There is no question that, for a woman, fertility in general starts declining once the 30’s get underway and this decline accelerates after the mid-30s. Many, probably most women who desire having children in their 40's or beyond are likely to embark on assisted conception. Even ignoring the financial outlay required, there are formidable obstacles in the way of such a woman.

Ovulation Induction

At a very basic level, assisted conception may involve just stimulating ovulation to maximise the chances of spontaneous conception. In the early 40's, this might just do the trick. Drugs like Clomiphene (Clomid) are often successful in inducing the release of eggs allowing for successful natural conception. However, it is important to bear in mind that, response to this medication is not as good the older the woman is.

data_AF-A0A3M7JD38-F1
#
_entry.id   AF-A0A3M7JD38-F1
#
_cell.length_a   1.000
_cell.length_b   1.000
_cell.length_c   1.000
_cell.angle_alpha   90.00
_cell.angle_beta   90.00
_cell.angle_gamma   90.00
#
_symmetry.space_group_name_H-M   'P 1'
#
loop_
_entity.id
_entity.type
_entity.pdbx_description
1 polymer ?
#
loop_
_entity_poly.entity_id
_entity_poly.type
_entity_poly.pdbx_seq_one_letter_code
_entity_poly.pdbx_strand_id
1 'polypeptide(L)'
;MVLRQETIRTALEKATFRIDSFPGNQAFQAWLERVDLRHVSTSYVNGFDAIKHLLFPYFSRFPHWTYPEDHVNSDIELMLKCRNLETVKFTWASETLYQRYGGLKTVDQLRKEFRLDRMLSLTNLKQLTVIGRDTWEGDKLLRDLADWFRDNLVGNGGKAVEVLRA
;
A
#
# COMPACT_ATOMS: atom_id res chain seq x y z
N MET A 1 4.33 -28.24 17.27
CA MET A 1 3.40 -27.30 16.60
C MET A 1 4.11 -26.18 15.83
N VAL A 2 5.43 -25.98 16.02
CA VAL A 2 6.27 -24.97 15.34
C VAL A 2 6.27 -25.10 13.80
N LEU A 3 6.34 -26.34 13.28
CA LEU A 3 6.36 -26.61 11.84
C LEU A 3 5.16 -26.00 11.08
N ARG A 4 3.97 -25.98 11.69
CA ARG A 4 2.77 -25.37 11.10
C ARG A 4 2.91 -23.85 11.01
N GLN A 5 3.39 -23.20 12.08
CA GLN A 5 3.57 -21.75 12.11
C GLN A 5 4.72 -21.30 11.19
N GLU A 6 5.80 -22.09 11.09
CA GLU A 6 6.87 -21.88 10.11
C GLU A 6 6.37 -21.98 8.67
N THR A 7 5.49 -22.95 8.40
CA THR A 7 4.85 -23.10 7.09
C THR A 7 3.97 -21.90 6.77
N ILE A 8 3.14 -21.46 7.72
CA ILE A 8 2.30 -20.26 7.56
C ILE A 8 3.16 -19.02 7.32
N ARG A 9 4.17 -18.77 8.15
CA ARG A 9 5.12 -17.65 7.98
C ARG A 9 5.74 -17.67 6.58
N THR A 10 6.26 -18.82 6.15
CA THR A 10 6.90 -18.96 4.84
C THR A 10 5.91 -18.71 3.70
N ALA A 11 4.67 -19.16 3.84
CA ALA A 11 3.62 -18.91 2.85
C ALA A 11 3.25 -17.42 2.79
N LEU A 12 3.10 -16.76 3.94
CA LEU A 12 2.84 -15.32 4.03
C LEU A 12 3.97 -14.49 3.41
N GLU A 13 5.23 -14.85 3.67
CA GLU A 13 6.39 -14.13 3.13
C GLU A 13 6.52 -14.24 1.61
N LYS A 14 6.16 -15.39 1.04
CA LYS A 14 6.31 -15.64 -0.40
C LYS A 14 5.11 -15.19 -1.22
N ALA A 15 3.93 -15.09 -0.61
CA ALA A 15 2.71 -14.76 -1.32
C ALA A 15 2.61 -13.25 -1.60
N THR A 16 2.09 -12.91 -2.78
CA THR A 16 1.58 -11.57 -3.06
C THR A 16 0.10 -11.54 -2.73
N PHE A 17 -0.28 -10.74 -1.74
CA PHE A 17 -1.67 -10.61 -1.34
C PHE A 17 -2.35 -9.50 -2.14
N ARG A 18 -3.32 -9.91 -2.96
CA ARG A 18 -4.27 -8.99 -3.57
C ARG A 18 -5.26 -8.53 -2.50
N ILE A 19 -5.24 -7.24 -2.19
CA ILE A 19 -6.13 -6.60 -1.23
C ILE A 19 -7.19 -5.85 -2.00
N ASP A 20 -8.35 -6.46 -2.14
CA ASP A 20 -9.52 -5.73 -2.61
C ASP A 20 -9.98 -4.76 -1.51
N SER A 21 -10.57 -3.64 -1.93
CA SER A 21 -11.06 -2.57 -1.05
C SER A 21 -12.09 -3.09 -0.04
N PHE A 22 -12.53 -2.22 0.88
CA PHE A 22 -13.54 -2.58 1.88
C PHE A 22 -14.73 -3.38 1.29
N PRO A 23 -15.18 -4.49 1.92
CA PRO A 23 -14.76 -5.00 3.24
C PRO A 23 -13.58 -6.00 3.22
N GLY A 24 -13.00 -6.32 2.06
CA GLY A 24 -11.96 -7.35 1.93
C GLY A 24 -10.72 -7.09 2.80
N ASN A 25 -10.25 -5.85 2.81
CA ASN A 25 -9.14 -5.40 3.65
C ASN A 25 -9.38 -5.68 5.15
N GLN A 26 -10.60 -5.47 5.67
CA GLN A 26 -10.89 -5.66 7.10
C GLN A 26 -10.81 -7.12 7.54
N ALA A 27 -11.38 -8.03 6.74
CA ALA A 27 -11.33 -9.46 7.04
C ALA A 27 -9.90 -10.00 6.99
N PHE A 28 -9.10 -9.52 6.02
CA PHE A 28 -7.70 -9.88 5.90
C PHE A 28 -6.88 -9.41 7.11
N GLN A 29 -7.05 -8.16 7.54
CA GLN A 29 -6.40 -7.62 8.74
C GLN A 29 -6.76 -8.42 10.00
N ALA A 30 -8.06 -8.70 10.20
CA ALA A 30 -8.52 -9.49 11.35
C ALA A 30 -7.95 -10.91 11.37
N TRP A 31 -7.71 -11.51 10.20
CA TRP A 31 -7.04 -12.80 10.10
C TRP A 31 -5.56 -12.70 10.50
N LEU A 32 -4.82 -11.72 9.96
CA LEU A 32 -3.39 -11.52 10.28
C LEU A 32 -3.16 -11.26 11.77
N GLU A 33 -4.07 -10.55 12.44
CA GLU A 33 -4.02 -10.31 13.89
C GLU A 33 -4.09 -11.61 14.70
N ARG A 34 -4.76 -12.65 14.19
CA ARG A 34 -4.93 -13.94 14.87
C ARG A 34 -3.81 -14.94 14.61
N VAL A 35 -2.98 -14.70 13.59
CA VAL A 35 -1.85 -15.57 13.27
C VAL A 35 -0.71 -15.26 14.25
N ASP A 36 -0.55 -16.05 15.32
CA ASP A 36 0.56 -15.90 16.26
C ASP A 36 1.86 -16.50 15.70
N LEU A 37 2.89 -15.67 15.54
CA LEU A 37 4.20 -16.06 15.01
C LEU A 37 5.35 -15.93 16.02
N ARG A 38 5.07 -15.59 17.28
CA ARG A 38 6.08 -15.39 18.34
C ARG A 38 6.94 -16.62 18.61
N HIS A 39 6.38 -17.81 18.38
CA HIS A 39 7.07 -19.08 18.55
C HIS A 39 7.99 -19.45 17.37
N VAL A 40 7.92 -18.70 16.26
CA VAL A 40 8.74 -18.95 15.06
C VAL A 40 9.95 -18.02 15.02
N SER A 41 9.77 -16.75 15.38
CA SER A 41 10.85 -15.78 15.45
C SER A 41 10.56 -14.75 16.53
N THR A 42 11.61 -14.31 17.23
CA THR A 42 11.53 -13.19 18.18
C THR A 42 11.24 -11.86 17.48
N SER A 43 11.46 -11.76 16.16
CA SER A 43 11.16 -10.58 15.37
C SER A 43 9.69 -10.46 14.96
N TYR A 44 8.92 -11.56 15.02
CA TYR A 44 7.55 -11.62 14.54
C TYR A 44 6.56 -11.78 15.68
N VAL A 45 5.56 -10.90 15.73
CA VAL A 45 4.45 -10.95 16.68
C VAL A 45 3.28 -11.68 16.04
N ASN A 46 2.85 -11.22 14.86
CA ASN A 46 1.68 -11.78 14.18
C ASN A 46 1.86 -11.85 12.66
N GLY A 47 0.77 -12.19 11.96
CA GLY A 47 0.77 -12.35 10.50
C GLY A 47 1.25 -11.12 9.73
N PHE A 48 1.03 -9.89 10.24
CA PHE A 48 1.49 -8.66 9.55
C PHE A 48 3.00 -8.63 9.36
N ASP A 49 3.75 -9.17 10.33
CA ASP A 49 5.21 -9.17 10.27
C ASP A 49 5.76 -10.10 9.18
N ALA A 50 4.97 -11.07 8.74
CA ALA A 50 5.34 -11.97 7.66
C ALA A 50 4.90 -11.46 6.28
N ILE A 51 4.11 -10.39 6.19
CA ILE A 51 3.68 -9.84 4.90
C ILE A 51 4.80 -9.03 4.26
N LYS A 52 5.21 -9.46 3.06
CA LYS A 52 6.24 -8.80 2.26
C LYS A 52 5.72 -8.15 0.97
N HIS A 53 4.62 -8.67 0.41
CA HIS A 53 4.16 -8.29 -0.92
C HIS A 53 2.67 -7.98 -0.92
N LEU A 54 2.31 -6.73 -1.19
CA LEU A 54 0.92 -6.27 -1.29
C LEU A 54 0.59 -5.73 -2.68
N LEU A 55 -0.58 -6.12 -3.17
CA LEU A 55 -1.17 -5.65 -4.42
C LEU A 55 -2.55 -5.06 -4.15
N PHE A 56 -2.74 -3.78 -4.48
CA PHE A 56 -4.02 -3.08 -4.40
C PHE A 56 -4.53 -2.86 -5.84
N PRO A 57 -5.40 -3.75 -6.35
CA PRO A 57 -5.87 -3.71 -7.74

Donor Egg

If an attempt to stimulate egg production is unsuccessful or the eggs are of poor quality then the next logical step is to use a donor egg. In the USA, there were 12,000 IVF cycles using donor eggs in 2003 with a take home baby rate of a shade under 50%. The success rate of this method is therefore comparatively quite good. However, it is quite expensive and only a few can afford. Donors get paid around $5000 per cycle. In the UK where regulations are a lot more stringent and eggs cannot be ‘sold’ this is not so and the waiting could be as long as 4 years.

Chromosomal abnormalities

Even when successful, the quality of the eggs released may not be as good. It is an established fact that the risk of chromosomal abnormalities such as Down’s syndrome or even the lethal ones such as Edward’s Syndrome increases as the woman gets older. At age 40, the risk of Down’s is about 1 in 70 but by age 44 it would have dramatically shot up to 1 in 20. This compared to a 1 in 1000 at 20 years of age. Likewise, with Edward’s syndrome, the risk shoots up close to 20-fold between age 20 and 40. (It is 1 in 200 at 40).

Pregnancy Complications